Re: Death on the Mississippi
- --- In firstname.lastname@example.org, "slippymississippi" <
> --- In email@example.com, "josepharose" <josepharose@y...>Since they weren't in a bloody swamp I'm not surprised!
> > Mr. Keene:
> > I, unfortunately, don't remember the source which contained the
> > table of deaths due to illness and disease for the first three
> > months of 1863. What I do remember is that the AotP's rate was
> > quite low,
> > the AotC's somewhat higher than average,Since THEY weren't in a bloody swamp I'm not surprised!
> > and the AotT'sSince they WERE in a bloody swamp I'm not surprised!
> > much higher.
An unnamed, unremembered source and misused statistics do NOT, IMHO,
add up to an indictment of Grant. For one thing Grant wasn't there for
fun. He had orders to capture Vicksburg and was making an effort to
carry out those orders. Since Vicksburg was on the river, that's where
Grant had to be (unless you want to argue that he was incorrect to give
up the overland attempt?). And since the river in that region was
basically a big swamp, Grant had to be in the swamp. Given the poor
state of understanding of what caused diseases in the 1860's I find it
difficult to believe you would try to turn this statistic into yet
another rant on Grant!
Aside from the vagaries of your statements above, there is nothing here
to indicate that Grant was responsible for those deaths, unless you
want to make the argument he was using germ warfare against his own
But a lot of factors would have contributed, some avoidable others not.
For one thing, Grant's army at the time had a large proportion of new
recruits (you remember the guys Grant stole from that poor innocent
McClernand?), many of whom would have come from agricultural areas.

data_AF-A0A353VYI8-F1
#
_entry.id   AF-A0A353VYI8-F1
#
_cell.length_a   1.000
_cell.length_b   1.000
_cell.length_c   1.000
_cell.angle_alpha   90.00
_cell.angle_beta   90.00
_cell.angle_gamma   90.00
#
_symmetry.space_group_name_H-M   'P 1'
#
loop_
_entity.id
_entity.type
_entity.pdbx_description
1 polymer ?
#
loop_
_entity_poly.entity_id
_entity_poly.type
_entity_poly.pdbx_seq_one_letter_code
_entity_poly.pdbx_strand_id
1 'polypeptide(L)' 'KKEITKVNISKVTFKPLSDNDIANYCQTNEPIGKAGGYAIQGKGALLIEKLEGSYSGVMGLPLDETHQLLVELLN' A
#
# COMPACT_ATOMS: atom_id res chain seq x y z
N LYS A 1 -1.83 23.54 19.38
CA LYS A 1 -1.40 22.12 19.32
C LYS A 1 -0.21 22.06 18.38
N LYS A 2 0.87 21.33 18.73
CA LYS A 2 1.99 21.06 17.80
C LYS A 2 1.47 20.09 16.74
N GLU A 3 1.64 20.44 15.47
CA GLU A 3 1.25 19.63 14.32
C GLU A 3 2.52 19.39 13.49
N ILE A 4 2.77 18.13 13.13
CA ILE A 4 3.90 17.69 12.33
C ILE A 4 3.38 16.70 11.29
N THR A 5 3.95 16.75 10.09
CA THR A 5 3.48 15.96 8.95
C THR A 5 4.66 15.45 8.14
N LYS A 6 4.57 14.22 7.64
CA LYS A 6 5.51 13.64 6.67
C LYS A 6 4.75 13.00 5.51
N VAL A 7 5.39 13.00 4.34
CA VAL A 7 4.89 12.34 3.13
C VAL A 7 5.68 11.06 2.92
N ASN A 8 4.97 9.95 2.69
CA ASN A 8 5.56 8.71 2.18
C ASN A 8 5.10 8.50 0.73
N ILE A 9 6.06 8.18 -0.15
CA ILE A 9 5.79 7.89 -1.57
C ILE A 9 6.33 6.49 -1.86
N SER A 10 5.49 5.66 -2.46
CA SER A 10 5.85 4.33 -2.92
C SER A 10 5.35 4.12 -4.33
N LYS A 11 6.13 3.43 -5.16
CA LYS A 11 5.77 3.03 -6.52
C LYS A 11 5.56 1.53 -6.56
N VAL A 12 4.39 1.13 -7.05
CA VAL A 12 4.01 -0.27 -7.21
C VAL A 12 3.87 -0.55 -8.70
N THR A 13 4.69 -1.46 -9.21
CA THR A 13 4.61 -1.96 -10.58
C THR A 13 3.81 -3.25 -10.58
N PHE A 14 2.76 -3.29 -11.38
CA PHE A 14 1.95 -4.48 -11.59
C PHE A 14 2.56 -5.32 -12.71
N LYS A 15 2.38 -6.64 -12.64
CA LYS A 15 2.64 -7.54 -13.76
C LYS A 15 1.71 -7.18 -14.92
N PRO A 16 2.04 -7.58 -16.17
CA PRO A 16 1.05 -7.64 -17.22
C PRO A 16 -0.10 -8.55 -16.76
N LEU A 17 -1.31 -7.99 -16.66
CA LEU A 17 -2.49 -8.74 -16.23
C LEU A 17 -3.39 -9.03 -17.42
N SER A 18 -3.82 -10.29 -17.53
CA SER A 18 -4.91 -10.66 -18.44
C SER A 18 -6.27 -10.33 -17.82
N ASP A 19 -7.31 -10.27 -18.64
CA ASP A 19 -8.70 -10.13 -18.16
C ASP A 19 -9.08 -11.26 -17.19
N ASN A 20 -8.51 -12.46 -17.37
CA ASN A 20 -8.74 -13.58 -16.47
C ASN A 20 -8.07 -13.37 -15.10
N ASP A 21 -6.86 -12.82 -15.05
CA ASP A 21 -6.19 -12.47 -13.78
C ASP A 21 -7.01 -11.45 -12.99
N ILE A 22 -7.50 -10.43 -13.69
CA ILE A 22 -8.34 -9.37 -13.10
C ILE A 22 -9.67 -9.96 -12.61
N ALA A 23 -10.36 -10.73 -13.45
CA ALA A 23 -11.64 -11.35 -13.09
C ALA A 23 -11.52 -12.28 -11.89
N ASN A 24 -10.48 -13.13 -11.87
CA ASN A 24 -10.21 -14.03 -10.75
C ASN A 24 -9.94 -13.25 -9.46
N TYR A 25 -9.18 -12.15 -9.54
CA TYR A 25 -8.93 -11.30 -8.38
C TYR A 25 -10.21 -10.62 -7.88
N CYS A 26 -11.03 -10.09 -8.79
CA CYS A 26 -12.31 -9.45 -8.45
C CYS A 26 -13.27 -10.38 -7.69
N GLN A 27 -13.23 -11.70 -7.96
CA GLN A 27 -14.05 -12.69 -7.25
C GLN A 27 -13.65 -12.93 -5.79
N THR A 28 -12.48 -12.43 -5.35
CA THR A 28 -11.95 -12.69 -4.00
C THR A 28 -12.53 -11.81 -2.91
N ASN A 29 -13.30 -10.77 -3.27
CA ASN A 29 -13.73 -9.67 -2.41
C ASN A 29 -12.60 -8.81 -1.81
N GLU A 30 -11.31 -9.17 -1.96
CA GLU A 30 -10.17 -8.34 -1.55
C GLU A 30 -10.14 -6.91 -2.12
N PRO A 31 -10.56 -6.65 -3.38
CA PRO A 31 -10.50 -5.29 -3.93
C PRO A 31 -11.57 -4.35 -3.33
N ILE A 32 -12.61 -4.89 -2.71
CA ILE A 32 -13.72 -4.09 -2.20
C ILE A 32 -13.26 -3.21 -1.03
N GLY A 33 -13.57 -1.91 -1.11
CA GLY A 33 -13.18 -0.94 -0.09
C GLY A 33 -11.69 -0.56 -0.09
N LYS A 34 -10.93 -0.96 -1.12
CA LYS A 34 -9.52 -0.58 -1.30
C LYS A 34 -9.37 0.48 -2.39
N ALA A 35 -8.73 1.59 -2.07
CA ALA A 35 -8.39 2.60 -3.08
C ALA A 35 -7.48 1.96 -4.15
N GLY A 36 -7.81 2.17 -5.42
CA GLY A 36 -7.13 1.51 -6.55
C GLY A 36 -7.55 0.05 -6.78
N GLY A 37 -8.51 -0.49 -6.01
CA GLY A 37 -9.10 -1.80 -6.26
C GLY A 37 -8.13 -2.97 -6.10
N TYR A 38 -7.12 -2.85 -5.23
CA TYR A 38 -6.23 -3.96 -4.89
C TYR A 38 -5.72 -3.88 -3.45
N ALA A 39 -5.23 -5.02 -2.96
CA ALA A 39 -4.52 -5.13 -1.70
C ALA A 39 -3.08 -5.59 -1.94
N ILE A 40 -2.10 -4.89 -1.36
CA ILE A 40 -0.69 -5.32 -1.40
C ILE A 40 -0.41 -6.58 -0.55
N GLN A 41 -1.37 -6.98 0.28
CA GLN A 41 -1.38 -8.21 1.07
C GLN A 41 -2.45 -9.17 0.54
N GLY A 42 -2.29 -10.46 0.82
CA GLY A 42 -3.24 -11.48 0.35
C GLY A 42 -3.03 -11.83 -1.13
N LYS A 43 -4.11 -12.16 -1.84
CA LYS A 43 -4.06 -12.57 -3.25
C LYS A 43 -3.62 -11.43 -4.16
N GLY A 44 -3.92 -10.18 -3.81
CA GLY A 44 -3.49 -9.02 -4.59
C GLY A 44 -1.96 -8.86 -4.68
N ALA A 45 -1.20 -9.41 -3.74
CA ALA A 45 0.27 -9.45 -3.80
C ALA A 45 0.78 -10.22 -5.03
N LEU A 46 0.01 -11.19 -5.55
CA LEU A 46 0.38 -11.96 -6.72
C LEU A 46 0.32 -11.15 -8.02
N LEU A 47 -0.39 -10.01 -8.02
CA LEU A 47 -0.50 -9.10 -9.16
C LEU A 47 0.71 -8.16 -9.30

AFAIK farm boys were much more susceptible to contracting diseases, and
contracted more virulent forms of the disease, than their urban
buddies. This resulted from their lack of exposure to these diseases
because of the isolated nature of their lifestyles. Urban boys would
have been exposed more often and acquired some level of immunity.
So, we have a swampy, low lying area, perfect for breeding disease
carrying insect vectors; a pretty much naive population of hosts; and
crowded, probably not the most sanitary, camps. Gee I wonder how come
so many of General Grant's men are sick! But "by golly" Grant has much
to answer for!
I hardly think this extremely biased reporting of a partially
remembered statistic represents anything which implicates Grant. But
then again, I have no axes to grind.
> > I would like to see the breakdown by corps, as I think it likelyWhy would you make a statement like that? On what do you base your
> > that the XVI Corps had a lower rate than the rest of the AotT.
assumption that the XVI Corps had a lower rate?
>Actually, Slippy, it may well have. Swampy low lying areas are perfect
> I doubt that proximity to the river had any effect on morbidity and
for diseases spread by insect vectors, mostly because they are perfect
for the vectors (as you pointed out with your DDT comment). So I would
actually be surprised that the AotT didn't have the highest death by
disease rate throughout the early part of 1863, or for that matter
throughout the entire Vicksburg campaign (given the nature of the
ground over which the campaign was waged).
> The entire state of Mississippi was a malaria infestedThis is probably a true statement, but the major source would have been
> hellhole before the days of DDT.
the swampy areas around the river and it's tributaries. That's a
pretty large reservoir of disease carrying critters.
> Now, it's just a plain old hellhole. :PNo comment ;-)
- Thanks Dave.
Good points to ponder.
--- In firstname.lastname@example.org, Dave Gorski <bigg@m...> wrote:
> >Good points. I was thinking that long-term encampments would have
> >better sanitary and shelter arrangements and the men would be
> >rested than encampents of men campaigning.
> Secretary Olmsted of the Sanitary Commission issued a
> "Circular to the Colonels of the Army," in which he stated
> that "It is well known that when a considerable body of men
> have been living together in camp a few weeks a peculiar
> subtle poison is generated..."
> Another factor was that many soldiers were from rural areas
> where they had not had exposure to common illnesses, and had
> not built up any immunities. Groups in garrison were exposed to
> and often died of childhood diseases.
> Often soldiers who were hospitalized for wounds, died of some
> disease that they had been exposed to while in the hospital,
> especially typhoid.
> Yet, another point is that a soldier on the move was likely to
> have had occasion to have fresh fruits and vegetables than the
> soldier stuck in camp for weeks on end. A better diet made
> for a healthier soldier.
> Regards, Dave Gorski